Leave a comment

Clarify

Essay Section: Supporting Evidence (Examples)

Take a dirty, see-through, with no special colorings or design glass from your sink and fill it up with water. It doesn’t matter if the water is cold or hot. Place the glass on a counter on your living room or kitchen table. Take a seat in a chair. Try to see anything in the house through the glass. Is what you see (i.e., the television or a person) clear? Now look around the house or your room. You can see clearly, right?

A paper filled with gaps, shakable evidence, and sloppy content represents a glass with dirty water filled with impurities. A paper that is solid, organized, structurally sound, with credible and verifiable evidence is a paper that is clear. When your professor writes “Clarify” near a section, this comment means that he can’t see through to your ideas because of the jumbled writing and confusing words.

All of these issues with your paper represent a stumbling block, a hindrance for the professor. Clarify your ideas means clarify what you are trying to say.  Ask yourself What do I want to say exactly? Then just write what you think. During the revision part of your writing, you can format and restructure the sentence so that it fits formally into the academic essay.

Copyright 2011 Regina Y. Favors. All Rights Reserved.

Leave a comment

Can You Elaborate More on That

Essay Section: Supporting Evidence (Examples)

See the comment “Elaborate.”

Copyright 2011 Regina Y. Favors. All Rights Reserved.

Leave a comment

Choppy

Students often find it hard to provide sharp transitions between paragraphs. It is much easier, within a paragraph, to begin with transitional wording such as first and continue with second or next. However, it is especially difficult to tie one point to another, one end to the other.

The best way to understand this comment is to think about a friend who is telling you a story. Just when it seems that the friend is about to make the point, he or she jumps to something else, some other conversation about something totally different from the one he or she starts in the beginning. This is an example of choppy transitions within paragraphs or how you outline the paper in a choppy way, shifting constantly, abruptly, without warning your reader that you are about to make a change.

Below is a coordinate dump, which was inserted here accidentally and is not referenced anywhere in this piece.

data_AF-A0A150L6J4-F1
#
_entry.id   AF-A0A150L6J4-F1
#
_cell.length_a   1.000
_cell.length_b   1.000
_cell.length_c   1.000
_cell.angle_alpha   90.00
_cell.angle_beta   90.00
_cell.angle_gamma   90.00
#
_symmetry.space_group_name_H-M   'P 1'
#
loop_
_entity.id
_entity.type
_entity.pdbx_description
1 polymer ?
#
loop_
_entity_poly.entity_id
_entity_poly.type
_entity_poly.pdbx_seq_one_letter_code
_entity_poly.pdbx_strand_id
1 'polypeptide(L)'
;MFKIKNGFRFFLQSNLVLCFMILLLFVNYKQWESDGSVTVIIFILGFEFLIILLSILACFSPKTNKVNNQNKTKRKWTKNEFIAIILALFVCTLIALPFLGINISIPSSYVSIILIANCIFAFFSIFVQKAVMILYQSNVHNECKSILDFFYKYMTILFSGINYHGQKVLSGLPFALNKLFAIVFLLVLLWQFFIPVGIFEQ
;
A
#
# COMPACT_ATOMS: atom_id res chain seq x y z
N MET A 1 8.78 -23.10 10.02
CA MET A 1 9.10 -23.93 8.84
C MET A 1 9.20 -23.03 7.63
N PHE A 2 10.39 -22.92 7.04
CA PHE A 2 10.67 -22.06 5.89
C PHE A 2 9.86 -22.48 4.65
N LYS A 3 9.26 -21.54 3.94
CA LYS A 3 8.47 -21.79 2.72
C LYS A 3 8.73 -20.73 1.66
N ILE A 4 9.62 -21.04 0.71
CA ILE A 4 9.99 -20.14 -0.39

The best way to prevent your papers from having choppy areas is to “outline” what you want to discuss on a separate sheet of paper or in another Microsoft Word document. Once you understand what you want to discuss, then return to your paper and continue the process until you have completed the thought within your paper. As the best incentive to developing your paragraphs, always read sections aloud, one by one, and determine the best way to approach revision.

For an extended explanation, see also the comment “Read Aloud.”

Copyright 2011 Regina Y. Favors. All Rights Reserved.

Leave a comment

Could Be Better Worded

Know the value of words, their impact, and their contribution to a sentence. In my short time of teaching, I always encouraged my students to look up words in a dictionary, to check a thesaurus, and to use a synonym/antonym dictionary.

The comment on your paper “Could Be Better Worded” implies that a possible method might be to copy and paste the words into a new Microsoft Word document and study them. Once you have an idea about how you want to move forward, then copy the revision back into your document.

We get better at writing through revision.

Copyright 2011 Regina Y. Favors. All Rights Reserved.

Leave a comment

Contradictory

A comment along the lines of “contradictory” may refer to four areas within your paper:

  1. a contradiction involving your thesis and the support you use for analysis;
  2. a contradiction involving the credibility of the support in relation to other sources used;
  3. a contradiction involving your thesis and the author’s position; and/or
  4. a contradiction within the conclusion.

Understanding (1) and (2)

For (1) and (2), receiving such a comment depends upon how well or how poorly you have organized your information. You have learned to create an outline before assuming the task of writing. If you do not know who says or who has said what, in terms of your thesis and the support you use, you may easily develop a thesis that lacks strong foundation. For an argument, if you develop the thesis “All dogs are nice,” but support the thesis with a fact from The Humane Society such as “All dogs 100% of the time bark at strangers,” then you contradict your thesis.

Think about how you wash your clothes; you always separate the whites from the colors.  Now think about how you fold your clothes after drying. You place socks that match together.  This same ideology applies to your thesis and the support you use for the thesis. All of your likes, your matches, must go into one pile; and all of the ones that are different from the likes must go into a separate pile. This way you can identify what is what and what is not.